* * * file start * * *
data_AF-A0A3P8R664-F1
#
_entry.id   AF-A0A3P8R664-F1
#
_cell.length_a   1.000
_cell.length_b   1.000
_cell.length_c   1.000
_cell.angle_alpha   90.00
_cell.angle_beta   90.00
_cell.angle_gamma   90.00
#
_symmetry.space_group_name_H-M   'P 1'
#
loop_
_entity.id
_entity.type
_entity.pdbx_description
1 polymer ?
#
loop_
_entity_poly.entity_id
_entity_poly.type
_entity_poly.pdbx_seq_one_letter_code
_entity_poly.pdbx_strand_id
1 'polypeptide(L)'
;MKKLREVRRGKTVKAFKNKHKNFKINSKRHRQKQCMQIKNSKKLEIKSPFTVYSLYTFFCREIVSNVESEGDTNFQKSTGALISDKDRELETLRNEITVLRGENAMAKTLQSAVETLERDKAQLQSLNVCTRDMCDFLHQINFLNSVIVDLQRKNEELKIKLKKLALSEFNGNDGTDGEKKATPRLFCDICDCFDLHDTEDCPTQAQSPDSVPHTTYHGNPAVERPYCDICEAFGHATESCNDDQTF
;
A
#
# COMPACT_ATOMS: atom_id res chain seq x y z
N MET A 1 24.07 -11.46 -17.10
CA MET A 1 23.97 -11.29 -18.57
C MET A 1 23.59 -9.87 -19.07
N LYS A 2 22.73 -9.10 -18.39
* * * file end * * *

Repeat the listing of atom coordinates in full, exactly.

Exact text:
data_AF-A0A3P8R664-F1
#
_entry.id   AF-A0A3P8R664-F1
#
_cell.length_a   1.000
_cell.length_b   1.000
_cell.length_c   1.000
_cell.angle_alpha   90.00
_cell.angle_beta   90.00
_cell.angle_gamma   90.00
#
_symmetry.space_group_name_H-M   'P 1'
#
loop_
_entity.id
_entity.type
_entity.pdbx_description
1 polymer ?
#
loop_
_entity_poly.entity_id
_entity_poly.type
_entity_poly.pdbx_seq_one_letter_code
_entity_poly.pdbx_strand_id
1 'polypeptide(L)'
;MKKLREVRRGKTVKAFKNKHKNFKINSKRHRQKQCMQIKNSKKLEIKSPFTVYSLYTFFCREIVSNVESEGDTNFQKSTGALISDKDRELETLRNEITVLRGENAMAKTLQSAVETLERDKAQLQSLNVCTRDMCDFLHQINFLNSVIVDLQRKNEELKIKLKKLALSEFNGNDGTDGEKKATPRLFCDICDCFDLHDTEDCPTQAQSPDSVPHTTYHGNPAVERPYCDICEAFGHATESCNDDQTF
;
A
#
# COMPACT_ATOMS: atom_id res chain seq x y z
N MET A 1 24.07 -11.46 -17.10
CA MET A 1 23.97 -11.29 -18.57
C MET A 1 23.59 -9.87 -19.07
N LYS A 2 22.73 -9.10 -18.39